Jimmy returns home to find Tommy dressed for Halloween. He asks his son what he's dressed as, but it takes several tries to get the boy to give his father the obvious answer of pirate. Angela asks Jimmy if he's going to have dinner there that night. He's noncommittal. She asks him how long these silences are going to go on and he complains that Tommy has become disrespectful of him. She says it's because he's frightened of Jimmy; they both are and she tells him that it happened again last night where he started screaming in German in his sleep and shaking her. In one of Michael Pitt's best scenes of the entire series, he finally comes clean about his post-traumatic stress, telling Angela that he never wrote her from the war because he was convinced that he'd never come back. He then says that they both made mistakes and strayed when they were apart and they should try to start over again and they share a warm embrace.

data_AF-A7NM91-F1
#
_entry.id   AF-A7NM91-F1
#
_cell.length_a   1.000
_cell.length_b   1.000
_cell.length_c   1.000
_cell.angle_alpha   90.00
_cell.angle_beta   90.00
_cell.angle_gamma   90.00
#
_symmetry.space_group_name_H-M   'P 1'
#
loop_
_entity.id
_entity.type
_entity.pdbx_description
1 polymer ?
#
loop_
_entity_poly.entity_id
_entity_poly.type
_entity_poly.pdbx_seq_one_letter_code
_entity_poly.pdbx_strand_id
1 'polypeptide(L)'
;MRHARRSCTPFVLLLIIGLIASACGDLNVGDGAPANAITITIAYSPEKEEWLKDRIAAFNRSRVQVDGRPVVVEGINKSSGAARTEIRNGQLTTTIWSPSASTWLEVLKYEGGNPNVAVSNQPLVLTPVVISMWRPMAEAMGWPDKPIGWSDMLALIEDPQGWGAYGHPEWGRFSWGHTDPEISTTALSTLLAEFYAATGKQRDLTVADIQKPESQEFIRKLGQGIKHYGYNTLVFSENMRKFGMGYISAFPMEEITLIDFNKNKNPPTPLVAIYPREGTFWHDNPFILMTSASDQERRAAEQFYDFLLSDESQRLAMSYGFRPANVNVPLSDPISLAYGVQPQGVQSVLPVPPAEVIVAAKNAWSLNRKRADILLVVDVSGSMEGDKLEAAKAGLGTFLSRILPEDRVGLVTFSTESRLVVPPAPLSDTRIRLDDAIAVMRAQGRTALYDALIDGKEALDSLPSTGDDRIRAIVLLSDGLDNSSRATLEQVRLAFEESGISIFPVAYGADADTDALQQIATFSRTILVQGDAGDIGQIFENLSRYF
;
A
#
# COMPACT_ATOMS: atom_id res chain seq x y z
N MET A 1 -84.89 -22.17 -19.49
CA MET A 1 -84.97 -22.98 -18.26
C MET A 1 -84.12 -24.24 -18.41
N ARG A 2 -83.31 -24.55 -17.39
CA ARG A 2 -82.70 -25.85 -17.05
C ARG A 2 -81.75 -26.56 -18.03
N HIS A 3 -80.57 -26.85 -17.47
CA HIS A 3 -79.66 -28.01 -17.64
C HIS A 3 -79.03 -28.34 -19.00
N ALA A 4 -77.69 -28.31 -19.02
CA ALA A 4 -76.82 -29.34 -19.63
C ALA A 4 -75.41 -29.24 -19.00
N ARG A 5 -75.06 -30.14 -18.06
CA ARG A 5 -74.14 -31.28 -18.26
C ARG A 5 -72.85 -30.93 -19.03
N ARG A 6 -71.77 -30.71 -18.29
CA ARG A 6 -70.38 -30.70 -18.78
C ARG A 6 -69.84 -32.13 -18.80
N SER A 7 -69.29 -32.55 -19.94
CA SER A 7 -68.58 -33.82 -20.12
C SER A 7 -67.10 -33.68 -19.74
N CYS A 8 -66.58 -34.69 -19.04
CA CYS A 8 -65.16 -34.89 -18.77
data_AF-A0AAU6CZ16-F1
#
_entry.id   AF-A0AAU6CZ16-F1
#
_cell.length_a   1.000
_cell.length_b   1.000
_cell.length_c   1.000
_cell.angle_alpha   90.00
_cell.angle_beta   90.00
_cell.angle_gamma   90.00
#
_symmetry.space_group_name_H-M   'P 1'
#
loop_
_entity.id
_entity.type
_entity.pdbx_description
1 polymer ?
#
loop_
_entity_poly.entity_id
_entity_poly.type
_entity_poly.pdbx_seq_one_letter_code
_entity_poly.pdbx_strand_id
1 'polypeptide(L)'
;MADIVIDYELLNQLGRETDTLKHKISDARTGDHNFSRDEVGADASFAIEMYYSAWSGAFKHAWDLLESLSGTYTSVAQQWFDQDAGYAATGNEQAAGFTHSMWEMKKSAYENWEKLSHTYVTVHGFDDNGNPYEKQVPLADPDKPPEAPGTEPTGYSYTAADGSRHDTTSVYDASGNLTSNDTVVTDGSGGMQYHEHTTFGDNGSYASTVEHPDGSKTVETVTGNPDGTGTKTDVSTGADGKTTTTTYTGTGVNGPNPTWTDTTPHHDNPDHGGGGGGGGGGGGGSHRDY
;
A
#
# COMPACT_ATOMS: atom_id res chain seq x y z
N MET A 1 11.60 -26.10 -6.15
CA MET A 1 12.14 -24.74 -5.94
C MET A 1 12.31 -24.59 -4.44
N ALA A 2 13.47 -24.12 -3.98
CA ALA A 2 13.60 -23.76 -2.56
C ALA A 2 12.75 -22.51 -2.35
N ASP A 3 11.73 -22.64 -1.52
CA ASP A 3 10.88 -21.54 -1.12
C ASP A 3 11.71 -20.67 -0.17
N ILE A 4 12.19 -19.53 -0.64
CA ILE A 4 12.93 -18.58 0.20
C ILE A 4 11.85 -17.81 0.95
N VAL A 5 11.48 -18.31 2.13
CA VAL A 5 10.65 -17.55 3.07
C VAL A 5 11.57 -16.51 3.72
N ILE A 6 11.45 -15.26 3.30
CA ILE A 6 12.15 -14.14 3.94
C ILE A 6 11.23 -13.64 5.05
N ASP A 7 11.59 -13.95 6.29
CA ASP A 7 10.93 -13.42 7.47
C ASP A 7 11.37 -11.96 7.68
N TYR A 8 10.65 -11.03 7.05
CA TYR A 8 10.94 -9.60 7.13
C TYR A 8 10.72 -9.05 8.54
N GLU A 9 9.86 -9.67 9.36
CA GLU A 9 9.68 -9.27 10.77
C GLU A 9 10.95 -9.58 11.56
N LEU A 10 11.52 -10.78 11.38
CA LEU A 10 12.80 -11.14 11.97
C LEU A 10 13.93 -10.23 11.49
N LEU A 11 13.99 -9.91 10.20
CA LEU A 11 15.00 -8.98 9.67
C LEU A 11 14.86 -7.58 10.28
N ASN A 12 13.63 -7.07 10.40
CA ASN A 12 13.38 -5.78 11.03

Margaret and Nan follow the procession through the cemetery for the All Hallow's Eve service. Nan asks who and what Margaret prays for and Margaret says it's mostly for her children and the people she's lost as well as her own sins. As the walk goes on, a tombstone stops Margaret cold. It marks the grave for Nucky's late wife Mabel who died in 1913 and the son he mentioned to Nan in Chicago, Enoch Jr., who died in 1912, whom Margaret never knew about. The never-too-quick-on-the-draw Nan points out that Margaret and Nucky had that in common and the look on Kelly Macdonald's face says it all as she understands her own appeal to Nucky in a way that she didn't before. Torrio calls Nucky to set up a business meeting for the next day, reassuring him it's not a setup and he's taking an overnight train. Nucky has qualms, but he's in a hurry to get to a Halloween party when Eddie announces someone to see him and it's Margaret. What follows is not only the best Nucky-Margaret scene of the entire season, it's also the best scene Steve Buscemi has been given to play as Nucky. Macdonald has had so many great ones that there are too many to count by now, so I can't say if it's Macdonald bringing this out of Buscemi or not. Either way, both take your breath away in one of the show's quietest, most touching scenes. Things start out tense as the ex-lovers question what costumes each are wearing that evening, then Margaret mentions that when he first met her she was pregnant and then she lost the baby. He lost a child as well when he was 6 days old. Thompson thinks that Margaret is trying to play some kind of game where he tells her his sorrows, she pretends to be sympathetic and they end up in bed, but Margaret assures him that's not how this will play out. She came to find out who Enoch Thompson really is. Margaret takes a seat on the couch and, with a heavy sigh, Nucky begins his tale. Seven years ago, nearly eight, he had just begun his job as county treasurer. He was very busy, learning the way things ran. His wife Mabel had just given birth to their son, Enoch Jr. (her idea, not his). Nucky joins Margaret on the couch and describes his son to her: tiny, frail. So much so that Thompson was terrified to hold him. A week passed and he was wrapped up with a county audit or some business and he came home, very late, to find Mabel rocking the baby in her arms in the nursery. Mabel's calm and contented look finally gave Nucky the courage to want to hold his infant son. When he pulled back the blanket and looked at his face, Nucky could tell the child had been dead for days, yet Mabel had still been caring for him, bathing him, changing his diapers, etc. Nucky took him from her and cradled him in his arms. It was the only time he held his son. They buried the boy, but Mabel couldn't accept it. Everyone told him that eventually she would get over it, but Nucky could tell she'd broken with reality and since the doctors said time heals all wounds, he kept busy at work. A few weeks later, she took Nucky's razor and slashed her wrists. Nucky tells Margaret that the times eating breakfast with her and her children in the house, he'd never been happier or more terrified. Now, he tells Margaret as she's still wiping away tears, she knows more about Nucky Thompson than anyone else in the world. He asks if she's going to leave Atlantic City, and Margaret says she thinks it's for the best. He tries to give her money, but she won't take it. She tells him that there's a kindness in him and that's why she can't understand how he can do the things he does. "We all have to decide for ourselves how much sin we can live with," Nucky tells her. They address each other as Mr. Thompson and Mrs. Schroeder and Margaret says she's pleased to have finally made his acquaintance before turning and leaving. It's a good thing I was watching on tape, because I had to take a breather after that scene.